all humans possess a nose, it seems that smell is experienced in
a variety of intensities by different people. Smell is unlike any
other sense, like sight for example, where everyone will see the
same thing regardless of whether they are wearing glasses or not.
There are smells and there are smells. I am not talking about perfume
and modern day fragrances, I am talking about the raw stuff, the
smells of nature.
I have found that my sense of smell is quite acute. Now, this can
be a curse sometimes, especially when travelling to countries with
little consideration of hygiene. In this case, however, my nose,
or what it was smelling, was dragging me to some exquisite, at first
unidentifiable source. Unidentifiable was the name of the flower
that produced the smell, for I was certain that it was a flower.
The source was malik, or Arabic jasmine and it is made into a garland
with colourful bows at both ends. This is phuang malai, the Thai
garland, an equivalent to the Japanese art of flower arrangement.
Apparently this type of flower arrangement became more popular
during the reign of King Rama V. It was then that ladies of the
court practiced their design skills in creating a feast of garlands;
skills which were passed on to other ladies in-waiting, or to students
completing their education within the palace walls.
A garland can take on different shapes. It can either be circular
to resemble a necklace or bracelet ending with two or more'tails'
of flower ribbons, or long with two strands of flowers separated
by a ribbon. The most common type of phuang malai is held together
by a string of tiny white malik blossoms. Yet another type of jasmine,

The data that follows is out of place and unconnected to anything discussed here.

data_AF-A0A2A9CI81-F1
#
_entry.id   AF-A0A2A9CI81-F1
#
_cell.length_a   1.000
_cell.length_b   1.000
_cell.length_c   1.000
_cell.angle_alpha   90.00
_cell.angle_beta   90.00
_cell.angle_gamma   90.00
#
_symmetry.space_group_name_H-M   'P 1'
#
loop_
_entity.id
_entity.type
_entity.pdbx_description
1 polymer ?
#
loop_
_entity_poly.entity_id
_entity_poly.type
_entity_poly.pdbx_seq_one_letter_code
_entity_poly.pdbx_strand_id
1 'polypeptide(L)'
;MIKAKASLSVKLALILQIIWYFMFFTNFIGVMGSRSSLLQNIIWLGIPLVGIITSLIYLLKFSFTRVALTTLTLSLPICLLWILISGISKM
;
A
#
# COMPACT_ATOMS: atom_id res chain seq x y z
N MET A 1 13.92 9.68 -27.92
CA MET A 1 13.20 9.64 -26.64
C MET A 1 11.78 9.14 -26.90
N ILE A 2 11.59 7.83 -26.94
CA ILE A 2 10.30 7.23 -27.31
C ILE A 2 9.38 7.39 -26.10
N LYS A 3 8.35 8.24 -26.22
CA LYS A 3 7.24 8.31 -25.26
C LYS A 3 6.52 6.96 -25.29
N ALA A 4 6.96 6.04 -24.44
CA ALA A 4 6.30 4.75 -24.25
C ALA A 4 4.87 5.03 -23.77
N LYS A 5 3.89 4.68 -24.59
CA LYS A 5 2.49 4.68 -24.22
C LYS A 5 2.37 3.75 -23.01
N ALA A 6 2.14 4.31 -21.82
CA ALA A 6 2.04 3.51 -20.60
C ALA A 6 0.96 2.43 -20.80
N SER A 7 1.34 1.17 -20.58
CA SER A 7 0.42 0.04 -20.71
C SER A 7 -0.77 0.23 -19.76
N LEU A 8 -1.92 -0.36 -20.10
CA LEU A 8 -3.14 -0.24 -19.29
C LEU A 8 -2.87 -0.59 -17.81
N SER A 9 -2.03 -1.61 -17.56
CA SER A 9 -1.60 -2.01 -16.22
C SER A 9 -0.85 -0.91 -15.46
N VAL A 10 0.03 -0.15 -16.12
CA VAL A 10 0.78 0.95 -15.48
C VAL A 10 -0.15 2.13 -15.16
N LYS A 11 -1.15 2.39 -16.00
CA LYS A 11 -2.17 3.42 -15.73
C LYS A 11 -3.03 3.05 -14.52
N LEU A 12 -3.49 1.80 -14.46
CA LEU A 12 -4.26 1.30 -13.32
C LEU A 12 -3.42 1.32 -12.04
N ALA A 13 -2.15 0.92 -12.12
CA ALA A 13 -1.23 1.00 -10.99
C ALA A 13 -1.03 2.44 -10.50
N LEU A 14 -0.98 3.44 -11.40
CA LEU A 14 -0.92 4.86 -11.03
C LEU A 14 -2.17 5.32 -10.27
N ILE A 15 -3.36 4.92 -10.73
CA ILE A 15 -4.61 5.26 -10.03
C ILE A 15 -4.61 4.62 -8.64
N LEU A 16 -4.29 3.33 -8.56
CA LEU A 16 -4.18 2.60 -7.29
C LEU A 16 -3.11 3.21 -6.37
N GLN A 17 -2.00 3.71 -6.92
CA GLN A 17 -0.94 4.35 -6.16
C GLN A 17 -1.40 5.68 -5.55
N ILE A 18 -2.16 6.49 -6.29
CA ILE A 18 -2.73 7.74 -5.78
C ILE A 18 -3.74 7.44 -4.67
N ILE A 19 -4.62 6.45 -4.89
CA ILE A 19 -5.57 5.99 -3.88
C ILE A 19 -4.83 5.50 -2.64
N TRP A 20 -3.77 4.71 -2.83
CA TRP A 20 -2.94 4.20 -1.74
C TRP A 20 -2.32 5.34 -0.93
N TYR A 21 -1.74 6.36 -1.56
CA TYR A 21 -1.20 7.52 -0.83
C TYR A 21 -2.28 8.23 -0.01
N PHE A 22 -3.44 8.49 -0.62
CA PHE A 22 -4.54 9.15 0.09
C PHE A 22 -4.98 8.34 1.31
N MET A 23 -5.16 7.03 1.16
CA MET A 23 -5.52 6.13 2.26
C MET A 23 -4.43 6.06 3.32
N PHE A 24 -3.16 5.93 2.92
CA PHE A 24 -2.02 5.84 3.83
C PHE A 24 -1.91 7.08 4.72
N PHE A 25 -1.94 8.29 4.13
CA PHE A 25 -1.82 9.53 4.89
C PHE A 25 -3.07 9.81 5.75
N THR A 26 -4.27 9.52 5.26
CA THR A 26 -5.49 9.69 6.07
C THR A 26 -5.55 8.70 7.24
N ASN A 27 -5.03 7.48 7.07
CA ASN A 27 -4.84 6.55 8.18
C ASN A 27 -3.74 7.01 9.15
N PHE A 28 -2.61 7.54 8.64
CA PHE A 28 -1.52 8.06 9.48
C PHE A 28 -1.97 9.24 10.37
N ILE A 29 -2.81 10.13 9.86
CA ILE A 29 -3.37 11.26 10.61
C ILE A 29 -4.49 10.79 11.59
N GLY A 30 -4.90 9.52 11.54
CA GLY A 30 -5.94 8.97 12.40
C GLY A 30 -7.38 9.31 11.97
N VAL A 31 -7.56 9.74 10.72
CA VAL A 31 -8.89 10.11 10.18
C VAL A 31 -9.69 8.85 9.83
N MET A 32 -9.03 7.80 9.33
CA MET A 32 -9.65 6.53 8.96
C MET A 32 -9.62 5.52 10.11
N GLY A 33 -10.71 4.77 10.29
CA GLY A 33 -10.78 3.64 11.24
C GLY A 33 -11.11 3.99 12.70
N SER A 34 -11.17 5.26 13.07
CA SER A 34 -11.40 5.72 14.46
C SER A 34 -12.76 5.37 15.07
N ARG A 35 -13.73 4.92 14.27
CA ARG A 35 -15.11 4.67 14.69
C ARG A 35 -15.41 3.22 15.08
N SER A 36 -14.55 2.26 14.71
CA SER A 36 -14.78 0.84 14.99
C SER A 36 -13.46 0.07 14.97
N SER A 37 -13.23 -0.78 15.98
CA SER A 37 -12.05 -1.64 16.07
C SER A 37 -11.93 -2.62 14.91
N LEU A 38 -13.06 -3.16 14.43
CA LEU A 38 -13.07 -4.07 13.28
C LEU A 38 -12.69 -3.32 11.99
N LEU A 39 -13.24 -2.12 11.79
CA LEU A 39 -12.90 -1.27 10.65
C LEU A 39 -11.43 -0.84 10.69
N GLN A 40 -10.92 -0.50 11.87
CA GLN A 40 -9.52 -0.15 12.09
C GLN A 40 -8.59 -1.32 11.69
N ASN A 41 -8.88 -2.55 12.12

this one without smell, is strung onto the garland. There is something
particular about this flower called dok ruk, the flower of love.
It neither looks like a flower nor feels like one. It resembles
the top stone of an ancient Greek Corinthian pillar and if I did
not know it was real I would say that it was made of plastic. The
resilient dok ruk is what keeps the garland from withering away
all too soon, helping it last for a maximum of five days. Yellow
marigold or red roses add the final touches and the garland is ready.
Flower garlands were traditionally hung in front of windows, thus
allowing the aromatic jasmine to waft into the house. Hung in front
of Buddha statues, or pictures of monks, they act as offerings to
celestial beings. Placed in front of photographs of relatives, they
are offerings to the dearly departed. On spirit houses, phuang malai
are used to please the spirits with their smell. In the car, they
are believed to have the power to prevent accidents and if offered
to guests, they substitute for words like'Welcome'.
The higher the status of the person, the more elaborate the garland.
A garland offered to the King, for example, is as intricate as any
floor mosaic. Orchids, a reddish-purple flower called ban mai roo
roi, roses or any other flower may be used to weave an elaborate
pattern combined with the fragrant malik. Patterns of flowers are
made out of a combination of smaller blossoms. Banana leaves, cut
in small pieces, may be used to break up the colours, by inserting
a tinge of much needed green in this ocean of colour. An elaborate
garland such as this may resemble knots on a rope with little rings
of white blossoms, thus creating a stunning effect of thickness
Although different flowers may be used to make a garland, the malik
seems to be the most commonly used. The fact that it symbolizes
purity explains it all. Of equal importance is the fragrance it
emanates, which is sure to reach even the dullest of noses. Other
flowers are associated with certain qualities and are used to accomplish
different means. The orchid, for example, stands for endurance,
after all it keeps very well for a long time, the yellow marigold
has increasing qualities, while the ban mai roo roi represents a
Phuang malai can be bought in front of temples, in the market,
at flower stalls or in the street. Prices vary and elaborate ones
generally have to be ordered in advance. It takes 13 minutes for
an experienced florist to make a 15 cm garland. Most of all, patience
is needed to string together flower after flower.
The materials for making phuang malai have changed over the years.
Cotton thread may be used in place of the traditional banana leaf
thread used in the past. Fluorescent plastic bows may be tied at
the ends of tails, replacing those traditionally made by banana
leaves. Phuang malai however, retains its place in Thai culture
as strongly as ever, for their sacred mission of honouring seen
and unseen beings alike is as relevant today as it was centuries